Monday, June 22, 2009


I've been cruising through Molly Wizenberg's A Homemade Life. It's been sitting on the floor for weeks, but I just got a library reminder that it is due (today) and can't be renewed. Fortunately it is the perfect kind of reading for the time I have right now—brief stories plus recipes—and I'm whizzing through it.

I would have devoured this book last year. I immersed myself in books about food and gardening. And I cooked and I ate. People talk about not tasting food as a symptom of grief. Perhaps I had that for the first couple of weeks. But then I couldn't stop cooking. Gooey mac and cheese, hearty beef stew, warm oozy cookies, cheesy lasagna, roast pork with warm apples and onions . . . I sought comfort in food. Not simply eating, but eating well, making food, choosing food. I spent more than I should have on good wine and fancy cheese and local eggs and small-farm meat. I made up for months of hospital cafeteria food and restaurant meals. I read and I cooked and I ate and I savored. It was what I could do for myself—that and buy flowers all through the dark days of winter—and I had plenty of time to do it.

Time is at a bit more of a premium now, but I still find myself baking cookies or bread or muffins a couple of times a week. Today, my mouth has been watering for banana and chocolate, maybe Molly's recipe with crystallized ginger; maybe my friend Julie's banana's bread, which is one of my favorites; or maybe the banana oat bran muffins with chocolate chips that sound healthy but are deliciously buttery and best warm. I just wanted that combo of banana moistness and melty chocolate.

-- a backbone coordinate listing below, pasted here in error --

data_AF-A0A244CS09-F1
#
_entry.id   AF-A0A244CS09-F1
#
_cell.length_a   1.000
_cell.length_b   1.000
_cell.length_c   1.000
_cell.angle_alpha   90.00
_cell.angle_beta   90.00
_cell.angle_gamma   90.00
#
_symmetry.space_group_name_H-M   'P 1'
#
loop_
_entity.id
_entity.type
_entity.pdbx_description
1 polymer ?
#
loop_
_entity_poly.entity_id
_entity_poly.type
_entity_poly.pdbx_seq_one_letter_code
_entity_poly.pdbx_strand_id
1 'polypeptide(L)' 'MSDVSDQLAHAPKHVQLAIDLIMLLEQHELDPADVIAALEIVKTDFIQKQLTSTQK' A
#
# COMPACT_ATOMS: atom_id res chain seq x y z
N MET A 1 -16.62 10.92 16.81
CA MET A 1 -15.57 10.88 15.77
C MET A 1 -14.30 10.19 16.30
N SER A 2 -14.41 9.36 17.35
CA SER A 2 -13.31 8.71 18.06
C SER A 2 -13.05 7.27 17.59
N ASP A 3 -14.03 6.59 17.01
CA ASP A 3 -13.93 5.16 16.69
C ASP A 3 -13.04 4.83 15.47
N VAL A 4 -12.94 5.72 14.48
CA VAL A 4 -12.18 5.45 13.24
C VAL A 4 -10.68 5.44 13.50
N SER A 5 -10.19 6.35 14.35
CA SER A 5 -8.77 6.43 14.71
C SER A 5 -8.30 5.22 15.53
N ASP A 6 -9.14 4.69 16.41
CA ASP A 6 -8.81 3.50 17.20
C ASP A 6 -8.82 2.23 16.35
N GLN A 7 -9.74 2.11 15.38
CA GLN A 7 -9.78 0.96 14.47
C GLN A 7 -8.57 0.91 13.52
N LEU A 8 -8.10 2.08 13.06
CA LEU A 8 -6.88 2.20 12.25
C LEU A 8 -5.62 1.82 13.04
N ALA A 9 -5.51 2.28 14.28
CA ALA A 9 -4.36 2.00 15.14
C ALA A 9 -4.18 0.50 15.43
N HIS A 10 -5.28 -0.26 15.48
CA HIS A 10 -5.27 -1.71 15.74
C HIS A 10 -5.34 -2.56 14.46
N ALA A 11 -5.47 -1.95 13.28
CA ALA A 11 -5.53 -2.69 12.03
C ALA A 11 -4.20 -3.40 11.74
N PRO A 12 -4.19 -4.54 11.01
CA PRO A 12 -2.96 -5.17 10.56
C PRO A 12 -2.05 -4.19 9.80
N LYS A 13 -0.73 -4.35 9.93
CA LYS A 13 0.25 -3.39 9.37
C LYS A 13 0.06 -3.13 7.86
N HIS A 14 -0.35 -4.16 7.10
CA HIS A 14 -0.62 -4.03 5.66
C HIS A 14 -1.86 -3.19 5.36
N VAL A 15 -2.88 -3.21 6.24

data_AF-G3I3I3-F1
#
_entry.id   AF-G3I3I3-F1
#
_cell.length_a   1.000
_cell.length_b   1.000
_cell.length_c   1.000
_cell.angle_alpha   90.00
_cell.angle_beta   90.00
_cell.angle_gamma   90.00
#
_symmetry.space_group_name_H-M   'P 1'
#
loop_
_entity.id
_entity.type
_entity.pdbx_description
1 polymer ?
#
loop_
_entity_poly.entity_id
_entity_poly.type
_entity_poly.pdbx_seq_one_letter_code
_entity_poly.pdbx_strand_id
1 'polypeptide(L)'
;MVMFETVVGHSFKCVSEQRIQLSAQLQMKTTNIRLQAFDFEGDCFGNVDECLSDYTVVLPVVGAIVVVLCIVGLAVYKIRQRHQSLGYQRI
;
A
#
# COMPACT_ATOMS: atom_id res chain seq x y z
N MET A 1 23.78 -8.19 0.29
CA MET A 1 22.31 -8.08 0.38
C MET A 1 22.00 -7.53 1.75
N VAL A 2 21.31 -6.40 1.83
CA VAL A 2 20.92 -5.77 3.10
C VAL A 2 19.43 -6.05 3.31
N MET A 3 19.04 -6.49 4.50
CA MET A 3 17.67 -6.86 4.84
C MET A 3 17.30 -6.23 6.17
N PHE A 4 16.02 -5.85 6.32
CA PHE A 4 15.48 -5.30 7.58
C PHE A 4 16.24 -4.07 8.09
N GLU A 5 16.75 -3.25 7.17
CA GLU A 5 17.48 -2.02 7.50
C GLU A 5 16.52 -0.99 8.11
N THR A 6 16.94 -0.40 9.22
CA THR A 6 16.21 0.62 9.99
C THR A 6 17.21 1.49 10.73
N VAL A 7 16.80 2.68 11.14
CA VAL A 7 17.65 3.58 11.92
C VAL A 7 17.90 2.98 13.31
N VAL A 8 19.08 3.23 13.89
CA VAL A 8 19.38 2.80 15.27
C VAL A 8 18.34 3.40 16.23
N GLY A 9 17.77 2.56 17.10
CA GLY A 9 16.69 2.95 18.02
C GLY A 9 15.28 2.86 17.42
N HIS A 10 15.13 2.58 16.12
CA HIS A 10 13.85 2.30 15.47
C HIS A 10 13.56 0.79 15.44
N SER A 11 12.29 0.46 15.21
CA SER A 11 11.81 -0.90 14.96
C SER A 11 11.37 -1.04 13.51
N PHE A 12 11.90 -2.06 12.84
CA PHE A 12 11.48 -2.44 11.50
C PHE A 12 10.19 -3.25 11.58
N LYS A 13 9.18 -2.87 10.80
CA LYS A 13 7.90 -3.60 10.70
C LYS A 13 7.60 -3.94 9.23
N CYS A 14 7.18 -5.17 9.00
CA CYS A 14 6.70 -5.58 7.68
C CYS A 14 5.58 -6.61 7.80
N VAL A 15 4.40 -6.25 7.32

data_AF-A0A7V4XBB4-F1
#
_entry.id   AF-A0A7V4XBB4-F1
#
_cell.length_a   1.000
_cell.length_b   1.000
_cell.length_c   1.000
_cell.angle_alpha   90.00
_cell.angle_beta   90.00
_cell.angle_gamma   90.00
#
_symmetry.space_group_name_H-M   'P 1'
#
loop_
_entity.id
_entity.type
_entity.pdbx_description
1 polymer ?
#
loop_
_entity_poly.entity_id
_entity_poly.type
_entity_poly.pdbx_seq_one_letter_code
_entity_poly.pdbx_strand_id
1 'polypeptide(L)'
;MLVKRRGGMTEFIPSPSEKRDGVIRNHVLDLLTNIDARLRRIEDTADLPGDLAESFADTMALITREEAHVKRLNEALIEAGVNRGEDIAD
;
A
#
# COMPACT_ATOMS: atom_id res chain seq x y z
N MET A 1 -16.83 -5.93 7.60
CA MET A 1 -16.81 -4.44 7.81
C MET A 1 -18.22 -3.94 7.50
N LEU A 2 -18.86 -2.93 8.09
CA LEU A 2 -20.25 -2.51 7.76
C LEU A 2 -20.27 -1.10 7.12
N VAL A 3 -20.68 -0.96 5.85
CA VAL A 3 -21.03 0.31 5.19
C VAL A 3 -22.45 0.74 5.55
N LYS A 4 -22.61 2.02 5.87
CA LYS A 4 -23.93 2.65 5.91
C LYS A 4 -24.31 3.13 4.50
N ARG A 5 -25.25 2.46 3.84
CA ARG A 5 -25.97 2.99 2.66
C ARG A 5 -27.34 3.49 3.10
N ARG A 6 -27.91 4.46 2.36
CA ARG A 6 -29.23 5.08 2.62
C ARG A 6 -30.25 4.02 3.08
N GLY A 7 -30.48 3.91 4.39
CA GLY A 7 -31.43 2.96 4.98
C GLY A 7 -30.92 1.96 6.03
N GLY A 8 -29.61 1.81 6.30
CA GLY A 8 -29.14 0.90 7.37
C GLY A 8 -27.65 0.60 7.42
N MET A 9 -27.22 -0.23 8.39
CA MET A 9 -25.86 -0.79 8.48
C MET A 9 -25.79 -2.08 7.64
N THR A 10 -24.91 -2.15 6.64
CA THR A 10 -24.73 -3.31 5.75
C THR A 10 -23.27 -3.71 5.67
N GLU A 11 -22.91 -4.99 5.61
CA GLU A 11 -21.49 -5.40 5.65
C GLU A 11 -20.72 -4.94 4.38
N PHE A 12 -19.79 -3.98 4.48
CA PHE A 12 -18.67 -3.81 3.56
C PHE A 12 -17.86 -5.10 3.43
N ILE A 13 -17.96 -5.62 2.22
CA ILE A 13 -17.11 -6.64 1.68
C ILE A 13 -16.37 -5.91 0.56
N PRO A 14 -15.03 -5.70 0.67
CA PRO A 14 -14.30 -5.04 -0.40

But I'm making myself wait, because I'm having coffee with friends tomorrow, two friends and their kids, a meeting I couldn't have done last year. A meeting that would have paralyzed me last year, exhausted me just thinking about it. The idea of being in a room with two moms who could talk about their three kids, two moms who were dealing with sleeplessness and feeding issues and discipline and growth spurts. Two moms and me, a mom who had known mostly hospitals and paralytics and procedures and then knew empty arms and aching heart. No, I wouldn't have done this meeting last year, just the muffins.

Muffins are good, friends are too. I'm looking forward to both.

1 comment:

  1. This post made me drool! I'm glad you're in a place where you can treat yourself to muffins *and* friends. I know the grief doesn't go away, but it's nice to think that, over time, we can become better at carrying it.